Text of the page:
Calculating investment returns

Posted On Monday, 09 June 2003 02:00 Published by eProp Commercial Property News
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Additional information on how to calculate investment returns

Jonathan SmithLast week we discussed the first step in the measurement of risk in property investment which is the measurement of the sensitivity of the investment to a change in one of the variables, such as rental fluctuations or an increase in expenses.

The second step in the measurement of risk is to calculate the standard deviation of the investment. This calculation is the range between the targeted investment return and the lowest and highest expected returns of the investment.

The lowest and highest expected returns are calculated by assessing the impact of the variables mentioned during the analysis referred to in step one of the risk measurement process.

The calculation of the standard deviation can be reduced to the following eight processes: Three to five return levels are selected by setting them out in the first column of a six-column table; The probability of each return level is entered into the second column of the table; Each return level is multiplied by its associated probability, creating a weighted probable return (at each return level) in the third column of your table; The values derived in column three are added together to derive an expected return of the investment; The expected return (derived in process four, above) is then subtracted individually from the three to five return levels (selected and entered into column one) to obtain a range of expected returns in column four of your table; The range of expected returns - entered into column four - are individually multiplied by each other (that is, squared) to remove the negative values created in column four; Each new value in column five (that is, the square of column four) is multiplied by the probability factor in column two to create a weighted expected return range in column six; and The weighted return range in column six is added together and the square root of the accumulated result of column six is calculated to derive the investment’s standard deviation. The higher the standard deviation, the more risk is attached to the property investment under review and the more cautious the property investor should be. Ways of managing or reducing risk will be explored next week.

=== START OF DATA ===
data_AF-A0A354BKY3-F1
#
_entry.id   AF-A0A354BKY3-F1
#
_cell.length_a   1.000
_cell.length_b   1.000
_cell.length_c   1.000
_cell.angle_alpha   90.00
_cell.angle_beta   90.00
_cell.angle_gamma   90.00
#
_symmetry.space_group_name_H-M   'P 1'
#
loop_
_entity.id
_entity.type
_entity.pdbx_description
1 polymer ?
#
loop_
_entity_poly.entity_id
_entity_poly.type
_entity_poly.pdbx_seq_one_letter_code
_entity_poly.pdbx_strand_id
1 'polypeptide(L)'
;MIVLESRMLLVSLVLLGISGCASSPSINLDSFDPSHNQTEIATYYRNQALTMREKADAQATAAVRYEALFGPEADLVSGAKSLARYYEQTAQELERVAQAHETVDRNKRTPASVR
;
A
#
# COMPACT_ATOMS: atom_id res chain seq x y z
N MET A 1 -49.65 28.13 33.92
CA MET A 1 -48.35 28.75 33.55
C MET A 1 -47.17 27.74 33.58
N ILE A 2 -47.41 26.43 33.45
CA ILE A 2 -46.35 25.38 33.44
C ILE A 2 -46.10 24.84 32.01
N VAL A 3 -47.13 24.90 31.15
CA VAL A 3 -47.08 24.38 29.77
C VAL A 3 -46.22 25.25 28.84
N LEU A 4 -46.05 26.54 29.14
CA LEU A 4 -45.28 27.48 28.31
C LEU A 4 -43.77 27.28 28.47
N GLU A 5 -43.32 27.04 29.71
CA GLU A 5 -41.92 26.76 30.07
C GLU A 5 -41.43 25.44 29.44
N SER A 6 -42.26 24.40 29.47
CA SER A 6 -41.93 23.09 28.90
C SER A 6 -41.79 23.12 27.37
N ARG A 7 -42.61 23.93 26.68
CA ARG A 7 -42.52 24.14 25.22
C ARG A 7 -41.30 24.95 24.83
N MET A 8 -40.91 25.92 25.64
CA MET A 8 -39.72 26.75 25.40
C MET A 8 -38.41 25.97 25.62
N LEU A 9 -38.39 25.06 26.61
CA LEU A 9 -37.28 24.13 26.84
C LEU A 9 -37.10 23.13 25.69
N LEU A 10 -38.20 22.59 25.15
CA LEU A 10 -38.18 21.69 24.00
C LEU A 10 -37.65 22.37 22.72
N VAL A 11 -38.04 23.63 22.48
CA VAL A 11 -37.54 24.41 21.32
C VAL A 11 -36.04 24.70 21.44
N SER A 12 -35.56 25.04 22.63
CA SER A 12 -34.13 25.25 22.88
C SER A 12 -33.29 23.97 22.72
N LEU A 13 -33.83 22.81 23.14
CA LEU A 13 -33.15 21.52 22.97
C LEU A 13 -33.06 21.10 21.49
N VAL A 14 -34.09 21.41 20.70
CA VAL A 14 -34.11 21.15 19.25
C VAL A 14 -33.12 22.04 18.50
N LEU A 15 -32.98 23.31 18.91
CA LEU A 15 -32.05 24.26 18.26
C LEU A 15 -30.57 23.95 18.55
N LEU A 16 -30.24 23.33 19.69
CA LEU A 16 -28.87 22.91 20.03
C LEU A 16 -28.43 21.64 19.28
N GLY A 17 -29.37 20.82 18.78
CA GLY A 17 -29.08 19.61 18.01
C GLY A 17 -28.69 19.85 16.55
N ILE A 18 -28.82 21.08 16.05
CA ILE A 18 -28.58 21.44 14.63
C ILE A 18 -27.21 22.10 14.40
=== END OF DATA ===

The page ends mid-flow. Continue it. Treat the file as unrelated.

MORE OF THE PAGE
Last modified on Monday, 26 May 2014 12:17

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